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keme
water’s

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‘aro
child’s

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meri
mother’s

image
iv (still jövö)
fire’s

The examples above cover all the bases. As you can see, words with only neural vowels don’t change at all expert in writing. And that’s were we left off.

What’s New

If Mayan can squeeze ergatives in with possessors so can I. Henceforth, the subjects of transitive verbs will take the genitive a/k/a, d/b/a the ergative.

Unlike Mayan, where ergativity comes up as person markings on the verb, Umu will use straight up word case. …I think.

So before, where we’d have a sentence like:

image imageimageimage
Vi tja ‘eru mari.
PRFV bathe child mother.
The mother bathed the child.

We get:

imageimageimageimage
Vi tja ‘eru meri.
PRFV bathe child GEN/mother.
The mother bathed the child.

Why? Well for one, now I can front the topic and have an indefinite agent. Remember that in Umu, preverbal arguments are indefinite:

imageimageimageimage
Meri vi tja ‘eru.
GEN/mother PRFV bathe child.
A mother bathed the child

That’s cool. Additionally, it’s confounding. Reason enough to do it all the time. Though not all the time…

How Bout Aspect?

You might be wondering why I started out on aspect. If you’re a real nerd you already know. …Or you’re good with context clues. …Or you watched the video.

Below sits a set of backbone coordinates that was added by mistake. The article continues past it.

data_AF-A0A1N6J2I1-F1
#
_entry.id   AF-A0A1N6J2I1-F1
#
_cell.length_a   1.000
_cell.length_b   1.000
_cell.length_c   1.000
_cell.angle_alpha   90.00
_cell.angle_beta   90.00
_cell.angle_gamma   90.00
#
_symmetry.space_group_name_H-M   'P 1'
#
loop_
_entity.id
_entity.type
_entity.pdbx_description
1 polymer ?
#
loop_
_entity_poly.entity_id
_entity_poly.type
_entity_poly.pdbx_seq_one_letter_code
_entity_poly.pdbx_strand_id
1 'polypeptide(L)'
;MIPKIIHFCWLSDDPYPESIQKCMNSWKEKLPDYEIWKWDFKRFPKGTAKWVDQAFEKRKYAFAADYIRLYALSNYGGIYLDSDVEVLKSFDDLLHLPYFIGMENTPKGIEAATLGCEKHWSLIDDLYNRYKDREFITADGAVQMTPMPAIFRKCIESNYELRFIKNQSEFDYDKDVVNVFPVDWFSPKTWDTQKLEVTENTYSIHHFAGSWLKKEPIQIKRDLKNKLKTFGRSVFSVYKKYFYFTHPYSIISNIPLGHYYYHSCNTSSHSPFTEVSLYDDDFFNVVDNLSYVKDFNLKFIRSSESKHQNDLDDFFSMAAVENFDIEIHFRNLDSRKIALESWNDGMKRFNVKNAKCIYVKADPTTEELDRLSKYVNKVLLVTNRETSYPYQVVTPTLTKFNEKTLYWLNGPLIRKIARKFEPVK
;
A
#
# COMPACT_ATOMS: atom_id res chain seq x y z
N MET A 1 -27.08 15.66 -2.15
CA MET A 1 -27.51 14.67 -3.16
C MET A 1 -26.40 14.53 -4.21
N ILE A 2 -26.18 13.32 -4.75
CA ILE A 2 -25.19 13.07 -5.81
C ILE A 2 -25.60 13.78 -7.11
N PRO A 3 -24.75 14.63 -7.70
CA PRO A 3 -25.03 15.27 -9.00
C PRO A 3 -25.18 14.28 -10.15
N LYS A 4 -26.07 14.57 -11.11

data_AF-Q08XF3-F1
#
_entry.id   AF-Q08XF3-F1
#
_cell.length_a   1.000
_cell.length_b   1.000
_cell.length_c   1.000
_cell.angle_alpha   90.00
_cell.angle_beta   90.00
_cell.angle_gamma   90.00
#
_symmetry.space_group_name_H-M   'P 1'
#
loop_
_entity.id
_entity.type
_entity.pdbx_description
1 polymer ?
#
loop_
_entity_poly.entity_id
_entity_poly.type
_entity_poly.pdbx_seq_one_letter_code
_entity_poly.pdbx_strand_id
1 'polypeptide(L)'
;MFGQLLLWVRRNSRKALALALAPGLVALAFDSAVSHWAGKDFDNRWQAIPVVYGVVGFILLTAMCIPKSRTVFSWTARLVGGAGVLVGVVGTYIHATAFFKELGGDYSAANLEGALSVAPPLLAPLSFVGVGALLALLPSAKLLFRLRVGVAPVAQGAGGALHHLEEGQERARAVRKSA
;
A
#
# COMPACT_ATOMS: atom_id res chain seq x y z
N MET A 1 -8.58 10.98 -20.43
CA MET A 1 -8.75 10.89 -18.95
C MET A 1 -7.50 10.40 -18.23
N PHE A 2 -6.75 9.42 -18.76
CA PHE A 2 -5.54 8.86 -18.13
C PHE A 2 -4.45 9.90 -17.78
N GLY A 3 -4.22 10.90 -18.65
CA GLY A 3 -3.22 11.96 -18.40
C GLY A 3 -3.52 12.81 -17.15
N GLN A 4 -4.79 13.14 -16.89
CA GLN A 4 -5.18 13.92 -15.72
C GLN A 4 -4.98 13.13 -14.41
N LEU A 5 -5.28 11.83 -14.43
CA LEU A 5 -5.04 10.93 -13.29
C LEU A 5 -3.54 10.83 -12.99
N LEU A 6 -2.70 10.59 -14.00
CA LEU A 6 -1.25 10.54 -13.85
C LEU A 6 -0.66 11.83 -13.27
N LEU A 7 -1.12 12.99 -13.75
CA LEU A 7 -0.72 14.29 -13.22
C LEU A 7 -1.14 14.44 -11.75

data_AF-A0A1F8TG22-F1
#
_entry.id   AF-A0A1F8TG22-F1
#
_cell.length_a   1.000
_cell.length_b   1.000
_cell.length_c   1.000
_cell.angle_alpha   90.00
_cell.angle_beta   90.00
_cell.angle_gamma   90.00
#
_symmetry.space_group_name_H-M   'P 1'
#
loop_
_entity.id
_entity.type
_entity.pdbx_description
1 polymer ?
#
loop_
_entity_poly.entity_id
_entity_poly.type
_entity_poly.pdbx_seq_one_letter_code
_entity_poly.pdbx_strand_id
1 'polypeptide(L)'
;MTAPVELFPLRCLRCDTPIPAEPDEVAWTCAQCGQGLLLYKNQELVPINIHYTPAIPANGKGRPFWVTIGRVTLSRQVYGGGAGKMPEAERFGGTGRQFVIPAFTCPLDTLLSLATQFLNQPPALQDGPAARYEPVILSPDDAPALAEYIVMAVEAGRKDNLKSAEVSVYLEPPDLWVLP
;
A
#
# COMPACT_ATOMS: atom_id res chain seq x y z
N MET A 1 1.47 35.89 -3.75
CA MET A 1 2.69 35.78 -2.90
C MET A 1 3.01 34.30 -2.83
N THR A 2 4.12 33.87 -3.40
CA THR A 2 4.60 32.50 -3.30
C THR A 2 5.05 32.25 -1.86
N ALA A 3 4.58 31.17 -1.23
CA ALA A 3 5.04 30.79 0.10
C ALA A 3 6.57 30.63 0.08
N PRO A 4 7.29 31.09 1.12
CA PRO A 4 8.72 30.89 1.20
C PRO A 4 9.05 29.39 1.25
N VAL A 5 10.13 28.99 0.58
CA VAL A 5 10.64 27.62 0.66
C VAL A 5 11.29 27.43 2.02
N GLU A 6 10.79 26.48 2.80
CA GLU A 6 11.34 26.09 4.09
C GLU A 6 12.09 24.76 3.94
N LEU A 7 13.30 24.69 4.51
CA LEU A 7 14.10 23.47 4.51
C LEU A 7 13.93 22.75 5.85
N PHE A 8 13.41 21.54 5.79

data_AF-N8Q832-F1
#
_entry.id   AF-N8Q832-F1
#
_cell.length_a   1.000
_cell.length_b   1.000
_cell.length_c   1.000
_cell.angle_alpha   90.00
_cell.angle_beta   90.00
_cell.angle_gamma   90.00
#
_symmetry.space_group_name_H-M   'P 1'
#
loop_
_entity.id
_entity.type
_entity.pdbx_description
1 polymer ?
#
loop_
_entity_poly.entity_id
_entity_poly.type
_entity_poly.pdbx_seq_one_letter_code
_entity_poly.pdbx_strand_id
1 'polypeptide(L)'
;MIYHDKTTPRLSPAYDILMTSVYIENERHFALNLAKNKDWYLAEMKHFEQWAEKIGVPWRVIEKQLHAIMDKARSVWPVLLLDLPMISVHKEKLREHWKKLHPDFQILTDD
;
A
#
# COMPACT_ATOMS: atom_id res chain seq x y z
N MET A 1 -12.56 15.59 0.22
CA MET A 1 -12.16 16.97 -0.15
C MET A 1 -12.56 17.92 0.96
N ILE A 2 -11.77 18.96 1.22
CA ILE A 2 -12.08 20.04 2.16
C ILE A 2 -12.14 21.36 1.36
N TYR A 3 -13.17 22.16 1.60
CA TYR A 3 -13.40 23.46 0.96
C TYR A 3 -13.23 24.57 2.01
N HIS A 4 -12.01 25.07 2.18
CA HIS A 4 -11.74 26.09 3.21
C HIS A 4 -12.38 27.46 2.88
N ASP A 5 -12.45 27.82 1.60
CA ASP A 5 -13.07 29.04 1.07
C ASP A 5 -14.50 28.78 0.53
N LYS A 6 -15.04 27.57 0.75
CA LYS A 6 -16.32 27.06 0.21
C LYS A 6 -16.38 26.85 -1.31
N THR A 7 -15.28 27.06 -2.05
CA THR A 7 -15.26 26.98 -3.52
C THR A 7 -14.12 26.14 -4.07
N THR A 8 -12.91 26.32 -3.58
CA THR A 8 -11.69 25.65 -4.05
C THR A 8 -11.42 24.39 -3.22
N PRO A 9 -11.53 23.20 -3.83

Well. It’s because ergative systems aren’t ergative all the time. They split along various illustrious factors such as person, animacy, lexical category, source, control, tense, aspect, and other words as well.

But with Mayan, and now Umu, the split involves aspect. In fact this whole mess started with my trying on aspect morphemes—some of which I shall introduce to you now.

wpid-wp-1411880308071.jpeg
vi
already completed

wpid-picsart_1411791740608.jpg
tam
just completed

wpid-picsart_1411690332483.jpg
zaj
in progress

wpid-picsart_1411792936109.jpg
hara
not yet completed

wpid-wp-1411793827540.png
kru
unreal or not yet existing

Nice huh? The punchline is Umu will use an ergative-absolutive pattern with aspect-free clauses and the perfective aspects, and a nominative-accusative pattern with nonperfective aspects.

  • ERG/ABS: no aspect morpheme, vi and tam
  • NOM/ACC: zaj, hara, kru

Perfectives & Aspectless Clauses

Here we see a tidy ergative-absolutive alignment. With the addition of case making we now find unambiguous infinite agents and patients. Though some of these forms are rarely used.

The aspect morpheme always precede the verb, regardless of where the arguments are.

image image image
Tja ‘eru meri.
bathe child GEN/mother.
The mother baths/bathed the child.

image image image image
‘Eru vi tja meri.
child PERF bathe GEN/mother.
The mother bathed a child.

image image image image
Meri tam tja ‘eru.